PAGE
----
Saturday, September 24, 2016

Pink the Movie: The Movie that started a discussion on consent

What is a definitive no, and do we really understand consent, even as women, the kind of consent that we should rightfully be able to lay claims on? Does a woman become a 'loose character" if she doesn't wear modest clothes and consumes alcohol? Should her loud laughter and friendliness be considered as a doubtless "yes" ? Do men who support women in their quest for equality exist, and why are they frowned upon?
These are the important points that Pink raises. It loudly and unbashedly questions the " victim blaming" culture that men of Indian families, leave alone goons do not understand. Although people were praising Meenal (Tapsee Pannu) I also fell in love with the other characters especially that of Falak (Kirti Kulhari) who is making ends meet and is the sole breadwinner of the family.Andrea's (Andrea Tsaring) character struggles to tell Indian people that women from the north east are one of us, as opposed to how they are considered to be, especially the stereotypes around their character.
The things that I couldn't digest was the title of the film. We are tired and bored of the feminization of the colour pink. Once upon a time pink was considered a masculine colour, and this again is a Western import.  A female lawyer instead of Mr.Bachchan could have done more justice to the character and would have been more emphatic. Perhaps we have still not evolved as a society to take women professionals seriously. The sequences of a creepy neighbour keeping a check on three working girls living in the neighbourhood were scary.Why did Falak wrongfully admit to taking money when none of them had agreed to exchanging favours for dinner or drinks? Perhaps she might have done it to remove the stigma around sex work or did she try to make a point about consent and it's withdrawal. Why did the lawyer appearing in defence for the girls raise questions about Meenal's sexual past and use it as a yardstick to prove a point?
The winner was the scene where Mr.Bachchan shakes the confidence of Rajvir (Angad Bedi) and his faith in the shallowed patriarchal values he was raised with. Particularly notable was the instance when Sehgal shows Rajvir a picture of his sister drinking at a local pub. Why should a different parameter to certify the character for "bahu, beti, behen" be used and another one for women who do not belong to your family?
Despite all the flaws and the unecessary high voltage Bollywood style court room drama Pink is a movie that makes you think about consent and victim blaming. It's a must watch especially for women and all the men who have set morality standards for women in their families and those outside,particularly those who earn their own money, live independently, have male friends, drink and wear what they want.
Pink is a milestone for Bollywood, for initiating tough and undeterred discussions around women's rights.

Some of the hard-hitting dialogues that would make us think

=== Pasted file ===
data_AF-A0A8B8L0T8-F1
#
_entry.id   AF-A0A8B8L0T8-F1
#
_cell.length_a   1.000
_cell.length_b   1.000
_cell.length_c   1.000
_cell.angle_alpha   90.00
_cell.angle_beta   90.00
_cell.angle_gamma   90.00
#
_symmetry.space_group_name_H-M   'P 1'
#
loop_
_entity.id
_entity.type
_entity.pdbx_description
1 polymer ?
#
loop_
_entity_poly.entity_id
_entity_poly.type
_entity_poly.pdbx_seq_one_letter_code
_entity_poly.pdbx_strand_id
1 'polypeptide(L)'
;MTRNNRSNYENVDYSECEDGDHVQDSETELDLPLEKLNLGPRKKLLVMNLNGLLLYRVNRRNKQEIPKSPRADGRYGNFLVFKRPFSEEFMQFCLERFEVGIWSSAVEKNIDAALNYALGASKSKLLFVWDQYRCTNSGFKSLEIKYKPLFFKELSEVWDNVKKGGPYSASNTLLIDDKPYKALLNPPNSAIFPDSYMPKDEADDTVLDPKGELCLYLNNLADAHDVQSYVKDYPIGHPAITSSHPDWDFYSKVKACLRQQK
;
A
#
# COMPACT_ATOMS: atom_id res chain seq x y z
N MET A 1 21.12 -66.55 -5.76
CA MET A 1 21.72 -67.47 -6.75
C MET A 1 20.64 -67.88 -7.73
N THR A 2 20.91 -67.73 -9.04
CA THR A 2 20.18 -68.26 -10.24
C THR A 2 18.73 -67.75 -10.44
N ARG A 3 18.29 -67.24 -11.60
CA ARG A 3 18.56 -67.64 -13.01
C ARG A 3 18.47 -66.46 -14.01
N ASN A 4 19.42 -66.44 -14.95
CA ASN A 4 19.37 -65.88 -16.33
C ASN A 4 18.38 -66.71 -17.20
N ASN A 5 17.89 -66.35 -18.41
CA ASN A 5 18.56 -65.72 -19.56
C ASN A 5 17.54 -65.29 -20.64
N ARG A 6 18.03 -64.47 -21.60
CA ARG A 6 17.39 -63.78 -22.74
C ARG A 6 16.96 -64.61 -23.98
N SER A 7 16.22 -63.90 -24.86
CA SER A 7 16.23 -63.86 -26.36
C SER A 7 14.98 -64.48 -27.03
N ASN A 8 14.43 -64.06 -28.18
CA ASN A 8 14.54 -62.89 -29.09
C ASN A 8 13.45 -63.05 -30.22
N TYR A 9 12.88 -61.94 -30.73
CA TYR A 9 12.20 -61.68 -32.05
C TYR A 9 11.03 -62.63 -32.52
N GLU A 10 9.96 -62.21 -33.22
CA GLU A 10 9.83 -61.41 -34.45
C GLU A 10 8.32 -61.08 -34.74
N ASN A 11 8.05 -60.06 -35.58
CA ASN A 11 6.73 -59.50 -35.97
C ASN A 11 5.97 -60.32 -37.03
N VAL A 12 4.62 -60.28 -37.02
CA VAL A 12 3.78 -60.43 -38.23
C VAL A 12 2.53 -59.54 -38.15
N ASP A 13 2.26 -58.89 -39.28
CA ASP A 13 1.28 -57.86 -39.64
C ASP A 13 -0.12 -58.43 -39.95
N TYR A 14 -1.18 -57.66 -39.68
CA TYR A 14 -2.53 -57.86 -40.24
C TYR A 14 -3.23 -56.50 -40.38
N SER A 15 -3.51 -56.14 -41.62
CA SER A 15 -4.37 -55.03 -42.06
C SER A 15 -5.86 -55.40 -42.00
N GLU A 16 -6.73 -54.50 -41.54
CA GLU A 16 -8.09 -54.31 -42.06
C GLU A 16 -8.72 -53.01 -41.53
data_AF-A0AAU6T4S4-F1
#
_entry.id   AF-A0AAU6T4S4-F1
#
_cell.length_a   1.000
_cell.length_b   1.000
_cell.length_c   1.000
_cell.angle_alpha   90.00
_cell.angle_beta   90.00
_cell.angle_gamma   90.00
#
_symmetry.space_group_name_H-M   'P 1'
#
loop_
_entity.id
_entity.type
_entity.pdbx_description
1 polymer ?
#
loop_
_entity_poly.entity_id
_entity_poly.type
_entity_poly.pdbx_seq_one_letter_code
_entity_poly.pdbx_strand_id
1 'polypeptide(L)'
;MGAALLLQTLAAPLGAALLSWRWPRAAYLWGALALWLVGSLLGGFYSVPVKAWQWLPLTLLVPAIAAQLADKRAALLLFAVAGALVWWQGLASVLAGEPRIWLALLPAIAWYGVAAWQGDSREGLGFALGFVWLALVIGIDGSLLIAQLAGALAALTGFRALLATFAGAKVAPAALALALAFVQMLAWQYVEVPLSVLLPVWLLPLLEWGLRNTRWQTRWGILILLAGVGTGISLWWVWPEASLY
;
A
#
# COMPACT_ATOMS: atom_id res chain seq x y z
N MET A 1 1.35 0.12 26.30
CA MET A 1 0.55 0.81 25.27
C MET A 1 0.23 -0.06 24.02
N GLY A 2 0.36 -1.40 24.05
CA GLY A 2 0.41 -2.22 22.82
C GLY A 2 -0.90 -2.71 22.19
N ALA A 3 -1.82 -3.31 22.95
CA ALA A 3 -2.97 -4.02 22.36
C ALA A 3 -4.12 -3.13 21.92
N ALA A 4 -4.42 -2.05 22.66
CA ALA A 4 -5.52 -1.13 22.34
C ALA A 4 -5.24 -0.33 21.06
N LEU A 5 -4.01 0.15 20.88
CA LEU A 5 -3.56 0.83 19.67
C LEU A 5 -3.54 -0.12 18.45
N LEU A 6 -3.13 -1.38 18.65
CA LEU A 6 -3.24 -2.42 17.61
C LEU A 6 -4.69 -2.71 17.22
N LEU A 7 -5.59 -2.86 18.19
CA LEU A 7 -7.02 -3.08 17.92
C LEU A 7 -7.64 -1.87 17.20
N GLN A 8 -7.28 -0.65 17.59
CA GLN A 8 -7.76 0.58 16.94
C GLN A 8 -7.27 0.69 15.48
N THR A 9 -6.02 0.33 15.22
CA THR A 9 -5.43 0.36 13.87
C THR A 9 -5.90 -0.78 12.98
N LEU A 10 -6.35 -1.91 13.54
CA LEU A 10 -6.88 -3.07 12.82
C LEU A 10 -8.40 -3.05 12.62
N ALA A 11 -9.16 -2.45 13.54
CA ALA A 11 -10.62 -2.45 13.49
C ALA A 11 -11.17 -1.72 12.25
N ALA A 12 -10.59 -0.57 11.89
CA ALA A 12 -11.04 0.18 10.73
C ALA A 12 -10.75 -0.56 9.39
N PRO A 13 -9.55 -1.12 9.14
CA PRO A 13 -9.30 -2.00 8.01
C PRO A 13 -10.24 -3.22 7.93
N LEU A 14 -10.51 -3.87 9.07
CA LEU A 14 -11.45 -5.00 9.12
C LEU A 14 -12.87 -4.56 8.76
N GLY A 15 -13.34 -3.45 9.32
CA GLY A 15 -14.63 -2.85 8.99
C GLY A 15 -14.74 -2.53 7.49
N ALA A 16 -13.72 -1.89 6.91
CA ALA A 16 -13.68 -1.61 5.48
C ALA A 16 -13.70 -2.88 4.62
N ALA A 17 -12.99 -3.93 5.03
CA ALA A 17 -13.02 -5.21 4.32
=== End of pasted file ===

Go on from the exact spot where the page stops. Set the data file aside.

Hamare yaha ghadi ki sui, character decide karti hai

Kisi bhi ladki ko, kisi bhi ladke ke saath, kahi bhi akele nahi jana chahiye. Kyunki aisa karne pe, wahan ke log ye assume kar lete hai ki wo ladki willingly wahan pe aayi hai aur unhe usse touch karne ka license issue kar dia gaya hai.

Raat ko ladkiyan jab sadak pe akeli jaati hai to gaadiyaan slow jaati hai aur unke sheeshe neeche ho jate hai. Din mei ye mahan idea kisiko nahi aata.


Sharab ko yaha ek galat character ki nishani maana jaata hai, sirf ladkiyon ke liye. Ladkon ke liye to ye sirf ek Health Hazard hai!

Rock show mei hai to hint hai. Library ya mandir mein hai to hint nahi hai! Venue decide karta hai aapka character.

Shahar mein ladkiyon ko akela nahi rehna chahiye. Ladke reh sakte hai par ladkiyan nahi. Akeli, independent ladkiyan, ladkon ko confuse kar deti hai.

Jo ladkiyan party mei jaati hai aur drink karti hai, wo pushtaini hak ban jaati hai aapka

Agar ladkiyan, ladkon ke saath dinner ya drinks pe jaati hai to ye unki apni choice hoti hai. Available hone ka sign board nahi banke jaati.

‘Na’ sirf ek shabd nahi… apne aap mein pura vakya hai. Ise kisi tark, spashtikaran,explanation ya vyakhya ki jaroorat nahi hoti.

These boys must realise that No ka matlab No hota hai. Use bolne wali ladki koi parichit ho, friend ho, girlfriend ho, koi sex worker ho ya aapki apni biwi hi kyu na ho. ‘No’ means no and when someone says No, you stop.
Watch the trailer of the movie and decide for yourself

https://youtu.be/AL2TShb6fFs

Friday, September 2, 2016

Mask(s)

Young fresh faces with not a fine line
frown at you 
at the entrance
sashaying in neatly pressed uniforms 
hats that are perfectly balanced on a head
standing straight, smiles sacrificed 
in call for duty, talk with a wild posture of hands
learning directions that will set us free,
painted lips curve to not hurt the jaws
serving coffee and food on a 6 am flight
minds still imprisoned in beds that shook them off
money is their honey, a comatose mind luxury
their choice is a will
to buy objects that demand a price
as misogyny's mistresses, a size zero figure 
tip-toes on pencil heels 
slapping the floor rudely
disguises  dissapear every time
a passenger presses a button
flying freely to places 
with strange names, the only perk
for wearing this camouflage of colours.

Monday, August 22, 2016

Breaking the stigma around menstruation

We are a country full of ironies. While we unfailingly worship the goddesses for nine days every year during navratri, we shun women and their bodies forcing them to hide and feel ashamed of their existence. Menstruation is a normal biological function that is definitely messy and painful but not at all shameful. Period shaming is widespread and in a country like India where being a woman is a dangerous disadvantage because of traditional misogyny and patriarchal structures ruling the roost, being on your period spells trouble. 

Tuesday, August 16, 2016

Johanna

The curtains had been pulled over and the large orange sun was struggling to enter her room as though he was a trespasser. She had decided to sleep over all day. She occupied the left side of the bed, as though Johann was snoring to glory. His sounds and smell had become her drug. She never knew that a man she had met at a friend's party five years ago would give her a reason to live, after her parent's untimely demise.